The drastic measures of the Eighteenth Amendment sought to eliminate all “the manufacture, sale, or transportation of intoxicating liquors within… the United States.”[5]   Unlike the numerous temperance movements of years earlier, this new prohibition no longer left liberties in the hands of its citizens.  Much of the population felt stripped of their rights, because “the passage of … [the Eighteenth] Amendment was less an expression of popular will than the product of political opportunism and a generation’s worth of aggressive lobbying.”[6] All too often, prohibitionists would disguise their efforts “in the context of…Progressiv[ism].”[7]  Acting on moral ideals, advocates of prohibition utilized their positions in churches, communities and businesses as political platforms.  From which, they furthered their prohibitionist agendas and “denounce[d]…what they described as the breakdown of moral standards.”[8]  “Dry America,” according to Austen Chamberlain, Chancellor of British Exchequer, “adds to [the] woes of the world.”[9]  Luckily, it would never be completely dry for any significant amount of time.

The lack of public approval for the Eighteenth Amendment caused much chaos and panic, which “overwhelmed the nation’s law enforcement agencies.”[10]  Enforcing the new law proved to be unmanageable.  There were far too many citizens who blatantly disregarded the sanctions.  “Both retailers and drinkers refused to accept the legitimacy of Prohibition.”[11]  “Drinking-though illegal-[remained] an integral part of popular culture.”[12]  It seemed as though the passing of the amendment did nothing more than reaffirm Americans’ love of alcoholic beverages.  Whether privately or in the midst of a public square, there was usually an anti-prohibitionist within arm’s reach in 1920s America.  The difficulties that arose in enforcing the Eighteenth Amendment led many to ponder prohibition’s future.  The Volstead Act, issued some months after the amendment, focused more intently upon its enforcement.  Drawing lines in the sand, so to speak, the act helped to define the boundaries of illegal behavior concerning alcohol.  Where the Eighteenth Amendment could be manipulated by resistant individuals, the Volstead Act stood firm in its purposeful verbiage.[13]  With its issuance, the United States committed to an ongoing fight against alcohol with no end in sight.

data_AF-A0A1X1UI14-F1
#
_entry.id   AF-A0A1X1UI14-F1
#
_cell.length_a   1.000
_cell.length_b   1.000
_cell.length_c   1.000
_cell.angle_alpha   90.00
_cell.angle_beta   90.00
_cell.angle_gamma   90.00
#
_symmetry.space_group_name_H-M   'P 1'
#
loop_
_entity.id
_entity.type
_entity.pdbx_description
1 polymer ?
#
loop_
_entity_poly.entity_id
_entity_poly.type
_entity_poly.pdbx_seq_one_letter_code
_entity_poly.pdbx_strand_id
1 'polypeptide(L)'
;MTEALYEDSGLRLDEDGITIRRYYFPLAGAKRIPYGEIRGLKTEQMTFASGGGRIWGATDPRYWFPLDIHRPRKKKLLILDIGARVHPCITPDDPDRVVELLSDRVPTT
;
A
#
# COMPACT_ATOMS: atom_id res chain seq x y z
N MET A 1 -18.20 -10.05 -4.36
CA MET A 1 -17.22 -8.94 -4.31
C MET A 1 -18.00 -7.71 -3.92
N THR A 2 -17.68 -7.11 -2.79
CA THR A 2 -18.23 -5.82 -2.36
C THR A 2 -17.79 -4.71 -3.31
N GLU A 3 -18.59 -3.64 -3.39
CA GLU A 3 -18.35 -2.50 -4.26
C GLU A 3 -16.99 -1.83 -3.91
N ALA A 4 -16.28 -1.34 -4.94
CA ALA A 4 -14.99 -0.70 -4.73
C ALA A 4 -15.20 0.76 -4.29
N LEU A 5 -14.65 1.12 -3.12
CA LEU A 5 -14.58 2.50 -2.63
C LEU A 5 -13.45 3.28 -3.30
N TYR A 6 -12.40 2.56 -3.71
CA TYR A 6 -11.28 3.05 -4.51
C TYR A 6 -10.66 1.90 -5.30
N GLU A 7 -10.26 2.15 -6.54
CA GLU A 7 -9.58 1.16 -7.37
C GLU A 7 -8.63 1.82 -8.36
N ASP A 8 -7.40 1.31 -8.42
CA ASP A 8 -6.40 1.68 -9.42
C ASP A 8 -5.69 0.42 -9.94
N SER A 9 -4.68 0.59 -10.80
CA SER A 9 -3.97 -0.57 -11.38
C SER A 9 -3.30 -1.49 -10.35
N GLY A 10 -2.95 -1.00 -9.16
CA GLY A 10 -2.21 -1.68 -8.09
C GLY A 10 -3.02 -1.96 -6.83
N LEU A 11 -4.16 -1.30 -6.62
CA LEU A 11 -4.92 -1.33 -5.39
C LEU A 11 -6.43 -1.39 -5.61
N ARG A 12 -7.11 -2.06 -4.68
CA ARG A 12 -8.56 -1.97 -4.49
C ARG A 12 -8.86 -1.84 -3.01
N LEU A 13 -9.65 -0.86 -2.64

The nature of the argument divided urban and rural communities and their ways of life during the prohibition era.  “The census of 1920 revealed that for the first time a majority of Americans …lived in “urban rather than rural places.”[14] The emigration America was experiencing was indicative of the loosening political grip of the “immense popularity” of “political conservatism and religious fanaticism in rural areas.”[15]  Some historians make the case that “most of America was rural in the early twentieth century,”[16] and that their thinking was dominant in the nation’s move to accept prohibition.   This is a constant misconception based in part on the retrospective conservativeness of the 1920s to modern scholars.  Realistically, the new wave of “truly urban Americans…were increasing steadily in number and influence.”[17]  Those who continued to live in more rural settings “coveted the…excitement of city life at the same time that they condemned its vices”[18] and perceived “inherent wickedness.”[19]  “Cities were full of [working class] immigrants”[20] and those living in urban environments were subjected to perhaps the worst cultural discriminations of all.  “German and Irish immigrants opposed the law[s] for cultural and economic reasons.”[21]  The “cultural attitudes that originated “in the old country” among…immigrants…shape[d] every day thinking…concerning alcohol.”[22] It was a way of life and a principal means of earning wages.  “A sense of mutuality, of friendship [and] togetherness,” as Dr. David A. Zonderman, Associate Professor of History at NCSU[23] argues, was of the utmost importance to “saloons and taverns”[24] in American social life.  Without them, part of the everyday zeal of life was gone.  This theory of Zonderman’s is a favorite among historians who maintain a celebratory tone on reflection of prohibition, considering events that would follow.  For these densely concentrated populations, resistance was futile to maintaining their sense of identity.  Existing social pressures among urban immigrants were further strained by “rural society[‘s] proclaimed…superiority.”[25] “Change,” they argued, “must be resisted even at the cost of individualism and freedom.”[26]  It was as though prohibition was a war waged on culture, not alcohol.